Here is a look into the future of enthusiast-friendly EVs
In order to unpack the concept of an EV that enthusiasts can enjoy, we have to merge tradition with innovation, and that is not an easy feat.
Out of all of the controversial topics that get discussed on DriveTribe, none of them have been as enjoyable for me to partake in than the idea of making an EV that traditional car enthusiasts can be excited about. These petrol-blooded worshippers believe that there is no way for EVs to be enjoyed by enthusiasts, despite automakers pushing the limits of speed, power, and practicality. With the industry shifting to an electrified future at a relatively steady pace, these enthusiasts believe that EVs will simply lack the type of entertainment and involvement that ICE-powered vehicles have provided for the last century. To that I say, to brush up on your literature, because there are a handful of concepts, prototypes, and shed-built projects that are leading the way for enthusiasts to upgrade their vehicles of yesteryear into the EVs of tomorrow.
Soon, anything can become an EV
When I wrote this piece about the 1977 Blazer-E concept that Chevrolet unveiled last year, there was plenty of traditionalists who proclaimed this to be the death of hot-rodding, despite the Blazer-E having more horsepower thanks to its new EV heart. This Connect and Cruise system that is in this '77 K5 is essentially the powertrain out of the Bolt EV, but instead of sending its power to the wheels directly, as most EVs do, this uses a four-speed automatic, which leads to my next point about why traditionalists should be a little more welcoming to the idea of an EV hot rod.
Who said EVs couldn't have manuals?
Minseong Kim - Wikimedia Commons
While there are plenty of other sporty EV concepts I could have looked at like the Mustang Lithium, or the Dodge EV, I opted to bring up the Detroit Electric SP:01 concept from 2013, and 2015 respectively. Although the concepts were largely based on the Lotus Elise, which also means that it shares a lot with the original Tesla Roadster, there was one crucial aspect of the SP:01 that automakers are only now realizing that they need in order to attract enthusiasts, a manual transmission. The SP:01 featured a four-speed manual in 2013, and a six-speed manual in the 2015 concept. Interestingly, a new SP:01 concept is slated for a launch sometime in 2022 according to their website.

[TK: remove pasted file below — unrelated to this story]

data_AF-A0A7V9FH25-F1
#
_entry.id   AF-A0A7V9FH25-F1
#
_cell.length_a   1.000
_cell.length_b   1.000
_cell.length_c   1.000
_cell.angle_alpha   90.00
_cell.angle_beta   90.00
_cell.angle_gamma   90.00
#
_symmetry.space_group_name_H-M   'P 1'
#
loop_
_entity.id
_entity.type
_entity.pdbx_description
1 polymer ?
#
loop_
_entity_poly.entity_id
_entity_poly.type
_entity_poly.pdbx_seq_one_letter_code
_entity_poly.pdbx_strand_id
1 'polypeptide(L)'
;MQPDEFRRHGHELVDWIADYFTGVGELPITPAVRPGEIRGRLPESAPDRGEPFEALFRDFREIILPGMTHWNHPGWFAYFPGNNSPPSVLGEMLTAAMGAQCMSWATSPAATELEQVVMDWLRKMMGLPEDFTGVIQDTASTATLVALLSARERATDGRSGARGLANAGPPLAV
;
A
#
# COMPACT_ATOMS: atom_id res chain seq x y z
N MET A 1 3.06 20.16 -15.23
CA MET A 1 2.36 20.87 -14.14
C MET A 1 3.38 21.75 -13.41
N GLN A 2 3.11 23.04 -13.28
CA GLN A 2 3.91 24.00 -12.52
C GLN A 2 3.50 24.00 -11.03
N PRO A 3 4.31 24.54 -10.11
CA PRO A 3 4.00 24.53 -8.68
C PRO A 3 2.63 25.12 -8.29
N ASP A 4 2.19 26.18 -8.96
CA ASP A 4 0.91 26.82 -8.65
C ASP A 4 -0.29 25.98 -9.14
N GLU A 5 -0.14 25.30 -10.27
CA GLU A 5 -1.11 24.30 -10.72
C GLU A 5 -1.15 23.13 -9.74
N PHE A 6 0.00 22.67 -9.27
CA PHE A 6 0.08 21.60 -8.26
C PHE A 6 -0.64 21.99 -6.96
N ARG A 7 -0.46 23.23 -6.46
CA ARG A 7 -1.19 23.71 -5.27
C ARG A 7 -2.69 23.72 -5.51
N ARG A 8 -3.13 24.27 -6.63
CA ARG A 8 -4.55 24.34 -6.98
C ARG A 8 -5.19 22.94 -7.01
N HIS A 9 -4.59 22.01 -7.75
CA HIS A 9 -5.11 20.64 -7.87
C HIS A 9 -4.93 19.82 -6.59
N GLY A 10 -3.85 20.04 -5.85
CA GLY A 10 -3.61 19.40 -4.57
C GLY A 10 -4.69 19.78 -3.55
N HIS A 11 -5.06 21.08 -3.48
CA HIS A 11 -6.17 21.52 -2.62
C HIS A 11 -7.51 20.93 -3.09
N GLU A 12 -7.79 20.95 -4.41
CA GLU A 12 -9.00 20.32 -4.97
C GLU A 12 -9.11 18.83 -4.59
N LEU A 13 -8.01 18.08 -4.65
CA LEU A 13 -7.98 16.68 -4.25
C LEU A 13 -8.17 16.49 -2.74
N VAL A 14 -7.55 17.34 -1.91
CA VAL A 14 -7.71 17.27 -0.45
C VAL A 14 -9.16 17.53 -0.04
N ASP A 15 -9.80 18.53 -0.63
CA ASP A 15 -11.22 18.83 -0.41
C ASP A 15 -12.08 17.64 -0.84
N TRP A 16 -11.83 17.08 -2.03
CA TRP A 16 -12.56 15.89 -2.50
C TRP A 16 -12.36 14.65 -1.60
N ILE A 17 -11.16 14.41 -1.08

Hot-Rodding an EV is only limited by your imagination
1979 Studebaker Avanti with Nissan Leaf running gear / Photo Sourced from eBay
Then we get to the classics. While there are plenty of factory-backed upgrades for EVs, nothing will quite match the innovation of the tinkerers and a month of Sundays. This 1979 Studebaker Avanti with the drivetrain from a wrecked Nissan Leaf is the perfect marriage of the timeless styling of the Avanti, and the zero-emissions, instant torque tech from a modern EV. Another brilliant example of this sort of garage engineering is the Firebrid (yes, you read that right) created by Bill The Engineer. I mean, what else would you do with a wrecked 2010 Prius and an engineless '67 Firebird?
I would be remiss if I didn't bring up the project that seeded this thought in my mind, the Teslonda, a 1981 Honda Accord with the powertrain from a Tesla Model S, the batter pack from a Chevy Volt and a zero to 60 time of 2.43 seconds, which is almost as fast as the Porsche Taycan Turbo S. While Tesla drivetrains are hard to come by, companies like Electric GT step in with aftermarket batteries and motors that can connect to anything your heart desires.
Minseong Kim - Wikimedia Commons
In short, the idea that EVs are going to be some sort of appliance for the common folk to be shuttled around in is not far off from the truth for some people, but manual transmissions were not outlawed because people didn't understand them. The same can be said for driver involvement, since most of the autonomous features in vehicles are not permanently involved in the operation of a modern vehicle. There is still plenty of room for automakers to create vehicles that are designed for enthusiasts, and are capable of being driven like any of enthusiast vehicles of the past.
What do you think about the future of enthusiast EVs? What would be your ideal EV setup? Comment Below!